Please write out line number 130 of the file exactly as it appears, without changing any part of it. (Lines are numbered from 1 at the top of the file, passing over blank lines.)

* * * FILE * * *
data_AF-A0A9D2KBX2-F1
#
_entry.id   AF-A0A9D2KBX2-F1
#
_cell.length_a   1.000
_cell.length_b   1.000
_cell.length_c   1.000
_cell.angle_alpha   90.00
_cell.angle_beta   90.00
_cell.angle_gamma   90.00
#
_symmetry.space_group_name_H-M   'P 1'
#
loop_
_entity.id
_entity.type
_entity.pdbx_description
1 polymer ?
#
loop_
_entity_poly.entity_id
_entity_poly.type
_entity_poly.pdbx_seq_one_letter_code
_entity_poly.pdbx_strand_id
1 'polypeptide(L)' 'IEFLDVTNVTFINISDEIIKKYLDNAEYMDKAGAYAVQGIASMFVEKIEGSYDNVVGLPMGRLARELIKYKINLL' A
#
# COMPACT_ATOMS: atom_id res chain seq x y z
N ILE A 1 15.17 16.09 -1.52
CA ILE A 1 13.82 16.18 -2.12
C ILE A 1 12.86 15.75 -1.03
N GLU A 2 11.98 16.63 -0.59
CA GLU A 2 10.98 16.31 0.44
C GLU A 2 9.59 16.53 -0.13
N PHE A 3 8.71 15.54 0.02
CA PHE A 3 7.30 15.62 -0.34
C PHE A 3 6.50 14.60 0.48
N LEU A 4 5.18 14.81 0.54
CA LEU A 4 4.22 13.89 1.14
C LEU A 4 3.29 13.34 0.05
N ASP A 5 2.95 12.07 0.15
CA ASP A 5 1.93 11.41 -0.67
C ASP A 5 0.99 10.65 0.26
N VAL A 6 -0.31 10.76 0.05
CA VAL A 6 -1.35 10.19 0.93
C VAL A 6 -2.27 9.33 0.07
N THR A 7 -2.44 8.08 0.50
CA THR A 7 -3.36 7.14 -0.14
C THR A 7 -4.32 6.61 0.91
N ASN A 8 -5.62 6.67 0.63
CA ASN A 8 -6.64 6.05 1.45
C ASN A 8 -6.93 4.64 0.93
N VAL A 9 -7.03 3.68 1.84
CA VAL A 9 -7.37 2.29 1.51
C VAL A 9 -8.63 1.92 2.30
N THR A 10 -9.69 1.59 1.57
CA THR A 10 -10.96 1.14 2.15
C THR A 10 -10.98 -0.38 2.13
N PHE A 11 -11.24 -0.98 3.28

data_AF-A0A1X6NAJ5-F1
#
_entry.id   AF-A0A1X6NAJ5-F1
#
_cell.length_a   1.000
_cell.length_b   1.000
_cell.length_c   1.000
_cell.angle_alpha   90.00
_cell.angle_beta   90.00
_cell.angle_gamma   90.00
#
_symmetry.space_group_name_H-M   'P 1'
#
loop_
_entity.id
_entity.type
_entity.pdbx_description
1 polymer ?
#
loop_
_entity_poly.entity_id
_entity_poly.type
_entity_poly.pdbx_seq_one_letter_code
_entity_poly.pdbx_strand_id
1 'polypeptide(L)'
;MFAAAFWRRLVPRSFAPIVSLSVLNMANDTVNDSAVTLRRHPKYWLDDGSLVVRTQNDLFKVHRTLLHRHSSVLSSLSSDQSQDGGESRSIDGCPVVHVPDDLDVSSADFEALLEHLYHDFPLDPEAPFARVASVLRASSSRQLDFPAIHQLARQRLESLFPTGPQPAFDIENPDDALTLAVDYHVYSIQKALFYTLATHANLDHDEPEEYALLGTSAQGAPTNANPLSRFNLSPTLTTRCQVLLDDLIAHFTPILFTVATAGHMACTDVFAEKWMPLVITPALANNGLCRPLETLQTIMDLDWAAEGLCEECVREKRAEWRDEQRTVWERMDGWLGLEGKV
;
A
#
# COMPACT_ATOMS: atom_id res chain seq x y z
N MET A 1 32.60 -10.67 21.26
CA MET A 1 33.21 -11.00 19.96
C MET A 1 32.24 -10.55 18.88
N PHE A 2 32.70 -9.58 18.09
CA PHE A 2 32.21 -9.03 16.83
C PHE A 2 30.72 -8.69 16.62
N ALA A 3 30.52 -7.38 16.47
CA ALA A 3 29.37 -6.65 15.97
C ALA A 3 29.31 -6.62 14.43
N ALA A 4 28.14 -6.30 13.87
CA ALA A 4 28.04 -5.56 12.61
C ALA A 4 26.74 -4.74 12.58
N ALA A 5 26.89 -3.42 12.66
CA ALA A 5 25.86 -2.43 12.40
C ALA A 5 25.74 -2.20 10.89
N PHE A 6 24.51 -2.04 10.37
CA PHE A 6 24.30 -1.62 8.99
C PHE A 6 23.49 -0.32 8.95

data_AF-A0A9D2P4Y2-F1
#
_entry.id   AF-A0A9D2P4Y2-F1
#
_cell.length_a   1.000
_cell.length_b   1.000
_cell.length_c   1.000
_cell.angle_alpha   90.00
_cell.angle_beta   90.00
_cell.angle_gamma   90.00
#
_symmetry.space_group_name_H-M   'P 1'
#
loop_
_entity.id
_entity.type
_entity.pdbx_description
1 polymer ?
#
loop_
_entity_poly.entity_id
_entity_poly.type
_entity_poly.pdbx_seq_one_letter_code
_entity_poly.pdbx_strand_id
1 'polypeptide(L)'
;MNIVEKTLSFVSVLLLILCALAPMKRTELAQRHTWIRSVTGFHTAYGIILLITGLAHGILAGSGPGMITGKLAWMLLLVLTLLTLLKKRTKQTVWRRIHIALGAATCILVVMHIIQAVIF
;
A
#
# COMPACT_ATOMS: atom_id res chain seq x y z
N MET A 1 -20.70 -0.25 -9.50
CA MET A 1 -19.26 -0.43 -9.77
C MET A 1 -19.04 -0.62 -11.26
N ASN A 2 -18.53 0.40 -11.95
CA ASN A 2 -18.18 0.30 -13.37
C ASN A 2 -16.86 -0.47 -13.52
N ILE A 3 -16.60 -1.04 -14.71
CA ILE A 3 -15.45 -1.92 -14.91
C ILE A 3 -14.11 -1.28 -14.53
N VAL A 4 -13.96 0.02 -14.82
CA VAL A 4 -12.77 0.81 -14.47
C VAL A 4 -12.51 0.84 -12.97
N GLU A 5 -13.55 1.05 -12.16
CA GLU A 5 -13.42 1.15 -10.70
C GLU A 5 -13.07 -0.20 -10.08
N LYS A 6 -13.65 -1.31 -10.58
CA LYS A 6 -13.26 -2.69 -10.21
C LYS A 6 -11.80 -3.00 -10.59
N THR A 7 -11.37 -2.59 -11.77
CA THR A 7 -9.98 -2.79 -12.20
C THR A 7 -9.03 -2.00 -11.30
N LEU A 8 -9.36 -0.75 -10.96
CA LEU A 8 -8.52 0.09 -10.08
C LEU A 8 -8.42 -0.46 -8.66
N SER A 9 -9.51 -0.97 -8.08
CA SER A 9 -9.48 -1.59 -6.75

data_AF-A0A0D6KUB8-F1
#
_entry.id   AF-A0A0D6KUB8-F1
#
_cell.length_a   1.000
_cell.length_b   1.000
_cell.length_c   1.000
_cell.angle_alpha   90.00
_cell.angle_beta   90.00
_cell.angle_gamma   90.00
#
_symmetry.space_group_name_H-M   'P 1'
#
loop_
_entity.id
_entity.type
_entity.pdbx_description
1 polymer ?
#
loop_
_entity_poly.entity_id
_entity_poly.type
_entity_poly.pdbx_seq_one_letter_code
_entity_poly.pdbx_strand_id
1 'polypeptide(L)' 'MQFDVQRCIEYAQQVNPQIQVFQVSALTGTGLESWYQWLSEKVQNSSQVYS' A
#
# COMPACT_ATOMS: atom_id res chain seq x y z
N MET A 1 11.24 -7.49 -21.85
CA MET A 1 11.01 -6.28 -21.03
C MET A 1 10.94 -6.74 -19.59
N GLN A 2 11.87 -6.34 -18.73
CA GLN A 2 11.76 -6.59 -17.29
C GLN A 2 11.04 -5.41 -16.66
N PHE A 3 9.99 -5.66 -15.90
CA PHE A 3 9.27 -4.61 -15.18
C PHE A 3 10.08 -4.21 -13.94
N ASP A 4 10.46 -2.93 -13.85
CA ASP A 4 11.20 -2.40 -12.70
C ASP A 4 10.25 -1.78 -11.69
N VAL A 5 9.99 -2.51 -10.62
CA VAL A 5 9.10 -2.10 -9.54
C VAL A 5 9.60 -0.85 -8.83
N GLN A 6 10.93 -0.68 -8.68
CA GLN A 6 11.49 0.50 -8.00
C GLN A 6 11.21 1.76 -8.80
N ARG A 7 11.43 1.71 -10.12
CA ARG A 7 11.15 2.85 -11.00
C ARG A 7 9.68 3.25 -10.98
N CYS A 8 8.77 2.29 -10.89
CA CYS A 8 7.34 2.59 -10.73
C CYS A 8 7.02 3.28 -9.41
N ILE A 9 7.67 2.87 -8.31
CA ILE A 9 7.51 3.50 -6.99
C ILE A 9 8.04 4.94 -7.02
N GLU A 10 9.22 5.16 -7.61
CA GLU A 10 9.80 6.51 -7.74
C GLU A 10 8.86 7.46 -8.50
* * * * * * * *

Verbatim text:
_entity_poly.pdbx_strand_id